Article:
Learning from the Past


LinkedIn: Answers

A good friend of the blog, Bryan Lund, asked this question on LinkedIn.com, you can go there via this link or share your answer here via the blog comments (reprinted with Bryan's permission):

How important is the past in learning about how to handle the future?

Specifically…I think that the saying, “The more things change, the more they stay the same” is especially true in the realm of Lean Manufacturing and Six Sigma improvement initiatives. For example, Lean Manufacturing has its roots well grounded within the Gilbreths' work, Frederick Taylor, Deming, Juran, and even in our WWII production ramp-up programs such as “Training Within Industry” where supervisors were taught three critical business improvement skills: 1) how to instruct standard operations, 2) how to improve operations and 3) how to lead people. Do you think, if we brought ourselves back around to the basics, that we could be a more successful at the local, regional and national economic levels if we just practiced, “the basics” of management?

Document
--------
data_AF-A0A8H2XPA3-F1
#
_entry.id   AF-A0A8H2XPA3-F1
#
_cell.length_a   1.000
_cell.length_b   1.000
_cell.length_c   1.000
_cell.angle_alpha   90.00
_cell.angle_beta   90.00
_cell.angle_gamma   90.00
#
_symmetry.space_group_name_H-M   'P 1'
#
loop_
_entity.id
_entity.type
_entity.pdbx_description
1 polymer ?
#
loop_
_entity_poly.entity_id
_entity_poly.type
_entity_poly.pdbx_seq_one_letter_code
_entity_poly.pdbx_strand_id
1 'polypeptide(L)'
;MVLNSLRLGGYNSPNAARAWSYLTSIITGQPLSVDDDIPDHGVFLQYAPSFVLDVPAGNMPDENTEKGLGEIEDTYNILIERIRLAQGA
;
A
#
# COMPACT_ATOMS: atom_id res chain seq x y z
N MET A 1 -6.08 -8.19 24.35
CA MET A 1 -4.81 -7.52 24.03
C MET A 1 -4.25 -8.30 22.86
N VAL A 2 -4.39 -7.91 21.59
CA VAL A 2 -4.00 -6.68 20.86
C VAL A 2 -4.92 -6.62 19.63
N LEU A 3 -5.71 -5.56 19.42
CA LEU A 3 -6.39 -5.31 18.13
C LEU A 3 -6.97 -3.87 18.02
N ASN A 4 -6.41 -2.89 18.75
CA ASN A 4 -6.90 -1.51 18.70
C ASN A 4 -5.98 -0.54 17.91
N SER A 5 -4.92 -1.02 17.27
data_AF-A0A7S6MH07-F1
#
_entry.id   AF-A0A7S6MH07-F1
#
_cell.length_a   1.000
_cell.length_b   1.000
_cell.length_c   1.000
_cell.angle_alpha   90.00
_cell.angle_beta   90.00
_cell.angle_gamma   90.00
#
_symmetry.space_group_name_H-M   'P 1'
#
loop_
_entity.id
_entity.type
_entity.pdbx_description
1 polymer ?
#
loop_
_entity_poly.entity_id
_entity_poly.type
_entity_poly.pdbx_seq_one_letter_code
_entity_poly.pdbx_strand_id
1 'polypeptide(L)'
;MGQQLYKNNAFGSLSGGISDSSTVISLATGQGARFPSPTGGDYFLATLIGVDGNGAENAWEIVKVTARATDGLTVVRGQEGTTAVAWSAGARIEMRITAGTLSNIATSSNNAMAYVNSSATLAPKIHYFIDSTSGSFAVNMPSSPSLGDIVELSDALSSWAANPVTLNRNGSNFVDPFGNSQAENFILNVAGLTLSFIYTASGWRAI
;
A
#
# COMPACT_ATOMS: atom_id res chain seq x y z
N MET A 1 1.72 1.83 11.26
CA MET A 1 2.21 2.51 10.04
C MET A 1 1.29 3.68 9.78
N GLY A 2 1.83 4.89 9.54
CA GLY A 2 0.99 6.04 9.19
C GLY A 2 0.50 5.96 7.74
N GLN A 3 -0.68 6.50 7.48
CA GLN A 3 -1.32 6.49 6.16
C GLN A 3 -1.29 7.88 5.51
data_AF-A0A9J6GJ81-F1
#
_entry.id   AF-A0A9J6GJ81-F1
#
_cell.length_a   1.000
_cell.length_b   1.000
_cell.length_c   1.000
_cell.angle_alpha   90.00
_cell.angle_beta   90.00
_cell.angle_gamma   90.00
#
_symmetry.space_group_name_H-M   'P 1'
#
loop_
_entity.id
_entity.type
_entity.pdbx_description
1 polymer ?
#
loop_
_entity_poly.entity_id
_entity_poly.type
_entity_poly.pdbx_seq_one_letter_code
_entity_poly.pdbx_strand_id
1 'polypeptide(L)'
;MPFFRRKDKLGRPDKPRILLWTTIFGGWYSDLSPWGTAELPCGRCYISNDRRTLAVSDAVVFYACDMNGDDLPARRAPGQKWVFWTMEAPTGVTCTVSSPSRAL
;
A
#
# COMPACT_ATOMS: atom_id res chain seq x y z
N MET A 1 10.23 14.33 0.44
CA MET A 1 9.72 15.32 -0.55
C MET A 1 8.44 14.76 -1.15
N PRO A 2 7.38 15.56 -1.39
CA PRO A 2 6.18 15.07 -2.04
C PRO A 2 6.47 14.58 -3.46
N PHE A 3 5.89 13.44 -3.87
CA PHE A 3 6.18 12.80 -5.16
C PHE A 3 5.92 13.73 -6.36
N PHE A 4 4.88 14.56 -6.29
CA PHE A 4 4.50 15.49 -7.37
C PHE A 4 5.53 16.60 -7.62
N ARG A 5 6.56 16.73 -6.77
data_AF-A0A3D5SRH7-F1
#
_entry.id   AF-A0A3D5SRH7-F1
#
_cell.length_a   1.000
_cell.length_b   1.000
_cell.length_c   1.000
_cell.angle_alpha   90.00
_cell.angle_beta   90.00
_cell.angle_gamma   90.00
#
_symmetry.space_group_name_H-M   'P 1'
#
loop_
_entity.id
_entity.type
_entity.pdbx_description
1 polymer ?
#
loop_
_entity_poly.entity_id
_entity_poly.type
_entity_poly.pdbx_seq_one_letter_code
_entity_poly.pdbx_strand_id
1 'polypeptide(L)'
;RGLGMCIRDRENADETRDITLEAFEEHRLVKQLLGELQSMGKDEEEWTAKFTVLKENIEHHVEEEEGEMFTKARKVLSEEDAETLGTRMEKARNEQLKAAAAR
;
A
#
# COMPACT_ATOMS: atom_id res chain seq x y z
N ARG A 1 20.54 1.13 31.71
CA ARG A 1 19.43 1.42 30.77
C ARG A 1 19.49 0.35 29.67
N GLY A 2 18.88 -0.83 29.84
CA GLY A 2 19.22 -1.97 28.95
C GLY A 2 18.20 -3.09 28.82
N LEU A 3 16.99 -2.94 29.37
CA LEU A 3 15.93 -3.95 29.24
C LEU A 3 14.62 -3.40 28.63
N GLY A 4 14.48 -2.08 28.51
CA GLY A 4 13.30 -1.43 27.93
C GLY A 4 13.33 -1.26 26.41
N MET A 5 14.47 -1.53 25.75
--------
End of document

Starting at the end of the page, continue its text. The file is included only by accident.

Subscribe via RSS | Lean Blog Main Page | Podcast | Twitter @MarkGraban

Please check out my main blog page at www.leanblog.org

The RSS feed content you are reading is copyrighted by the author, Mark Graban.

, , , on the author's copyright.

What do you think? Scroll down to comment or share your thoughts and the post on social media. Don't want to miss a post or podcast? Subscribe to get notified about posts via email daily or weekly.


Get New Posts Sent To You

Select list(s):
1 Comment
  1. Todd says

    Yes! I do think this will increase the likelihood of success. This idea struck me hardest while completing my black belt training when I realized that I hadn’t learned anything new, I simply put a framework around skills I already had in the form of DMAIC.

    Besides, many of those basic ideas and tools have been around for a long time, are simple to understand and to use, and can have a powerful impact.

Leave A Reply

Your email address will not be published.

This site uses Akismet to reduce spam. Learn how your comment data is processed.